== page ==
Asian language speakers are on the rise in British Columbia, latest census data shows

According to Statistics Canada, more people in British Columbia speak languages ​​other than English and French — the country’s two official languages ​​— as their first language, in a context of population growth driven by international migration.

The latest 2021 census data released Wednesday shows that 31% of British Columbians are native speakers of languages ​​that are neither Indigenous nor “official”, an increase from 27% five years ago.

The percentage of the province’s population speaking English as their first language has decreased slightly from 71.1% in 2016 to 70.6% in 2021, while those speaking French as their first language have seen a slight increase, from 1.56% to 1.62%.

British Columbia is the third fastest growing province in Canada, with its population increasing by 7.6% since 2016. According to Statistics Canada, immigration from elsewhere in the world is a key driver of growth and the increasingly diverse linguistic landscape across the country.

Growth of Asian languages ​​in British Columbia

British Columbia has seen strong growth in the number of people speaking Asian languages ​​– including Punjabi, Cantonese, Mandarin and Tagalog – as their first language, a trend that Statistics Canada says mirrors recent waves of immigration from countries like India, China and the Philippines.

In Vancouver, for example, 4.25% of the population speak Cantonese as their first language, making it the second most popular language in the city.

Cantonese instructor Raymond Pai (白文杰) says that when he arrived in Vancouver in 2015 to start teaching at the University of British Columbia, he mainly heard Mandarin.

But more and more local Mandarin speakers have learned Cantonese at university over the years, in part, he says, because of an interest in Hong Kong pop culture.

Raymond Pai, pictured near the Asia Center at UBC, says he expects more people in Vancouver to speak Cantonese as new waves of immigrants arrive from Hong Kong. (Ben Nelms/CBC)

Pai says he expects Cantonese to become more commonly spoken in Vancouver in the future as more Cantonese-speaking immigrants arrive from his hometown of Hong Kong.

“I feel that Cantonese is experiencing a comeback.”

Tagalog is widely spoken — second only to English — in Fort St. John — a northern British Columbia community of more than 21,000 people — whose native speakers make up 3.2% of the city’s population.

Alan Moreno Yu created the Barangay Fort St. John Community Group in 2015 when he emigrated from Manila. He says more and more Filipinos have continued to move to the northern city since the 1960s due to the lower cost of living and higher salaries.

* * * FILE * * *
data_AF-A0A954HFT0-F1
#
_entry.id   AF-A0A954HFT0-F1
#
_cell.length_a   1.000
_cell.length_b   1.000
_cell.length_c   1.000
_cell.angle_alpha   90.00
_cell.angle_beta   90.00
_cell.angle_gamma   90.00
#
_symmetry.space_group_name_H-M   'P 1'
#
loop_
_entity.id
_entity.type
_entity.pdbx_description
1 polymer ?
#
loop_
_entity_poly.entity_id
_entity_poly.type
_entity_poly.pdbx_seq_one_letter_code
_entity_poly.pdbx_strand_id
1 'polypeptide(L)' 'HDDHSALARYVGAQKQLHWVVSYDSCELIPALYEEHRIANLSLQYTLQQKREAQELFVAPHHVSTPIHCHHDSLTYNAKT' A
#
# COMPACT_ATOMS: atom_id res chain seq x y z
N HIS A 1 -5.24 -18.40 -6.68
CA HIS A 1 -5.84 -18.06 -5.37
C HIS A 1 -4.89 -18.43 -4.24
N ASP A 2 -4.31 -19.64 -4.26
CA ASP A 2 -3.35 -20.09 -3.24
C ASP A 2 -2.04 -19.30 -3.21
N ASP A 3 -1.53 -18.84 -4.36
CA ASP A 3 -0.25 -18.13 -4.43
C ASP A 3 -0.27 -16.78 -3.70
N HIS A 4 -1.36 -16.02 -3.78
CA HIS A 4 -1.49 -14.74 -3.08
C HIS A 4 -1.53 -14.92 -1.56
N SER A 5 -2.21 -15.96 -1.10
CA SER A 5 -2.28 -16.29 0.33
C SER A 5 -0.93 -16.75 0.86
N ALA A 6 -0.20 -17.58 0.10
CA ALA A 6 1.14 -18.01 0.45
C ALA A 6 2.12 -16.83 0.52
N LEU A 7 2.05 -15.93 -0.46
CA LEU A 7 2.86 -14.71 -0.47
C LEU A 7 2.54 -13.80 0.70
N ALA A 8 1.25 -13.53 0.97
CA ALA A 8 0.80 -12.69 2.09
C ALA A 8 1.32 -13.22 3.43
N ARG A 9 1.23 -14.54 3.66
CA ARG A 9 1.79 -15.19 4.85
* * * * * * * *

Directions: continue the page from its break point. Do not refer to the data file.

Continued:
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Alan Moreno Yu, far left, and his fellow Filipinos celebrate Filipino Heritage Month at City Hall in Fort St. John, British Columbia, last June. (Alan Moreno Yu/Facebook)

Moreno Yu’s group called on the city council to declare June Filipino Heritage Month, citing the local Filipino community’s deep connection to their home culture.

“We’re very proud of our heritage. We’re very proud of our language and we seem to be doing very well in preserving our culture,” he said.

Preserving Europe’s linguistic heritage

It’s a sentiment shared by the many native speakers of European languages ​​across British Columbia.

Wendy Voykin, born Vasilisa Gaveilovna Voykin (Василиса Гавриловна Войкина) to a Doukhobor family, had more than four decades of experience teaching the language in public schools in Castlegar, where 4.2% of the population speaks Russian as a first language.

Voykin says she is fluent in Russian thanks to her father – also a teacher – who allowed only Russian at home during her childhood.

“I thank him for bringing the love of Russian literature, Russian history, Russian geography into our household. We didn’t go to school to learn that.”

A number of children in traditional Russian skirts.
Wendy Voykin high school students in Castlegar, British Columbia, are dressed in Russian costumes performing folk dances at school in 2015. (Submitted by Wendy Voykin)

German teacher Rolf Hirschkorn, who grew up in Vernon – where German is the second most widely spoken language – says he still has fond memories of the German cultural events he has attended since childhood with his parents in the town of Okanagan.

Unlike his mother, who only spoke German at home, Hirschkorn says he speaks mostly English to his children, but he often encouraged them to learn German by speaking the language to them, as he believes the skill intercultural helps to dismantle stereotypes.

“It’s really important for us to understand other cultures,” he said. “It also gives us a better understanding of why we are the way we are in Canada.”

Three people dress up in traditional German attire.  The person in the center, a woman, is holding a baby.  The woman is dressed in a traditional blue dress.  The person on the left, a man, wears a hat and a gray blazer.  The man on the right is wearing a gray t-shirt and jeans.
Rolf Hirschkorn, far right, pictured with his granddaughter and parents, dressed in traditional Bavarian costumes, at the Oktoberfest event hosted by the Edelweiss Society of Vernon in 2006. (Submitted by Rolf Hirschkorn)

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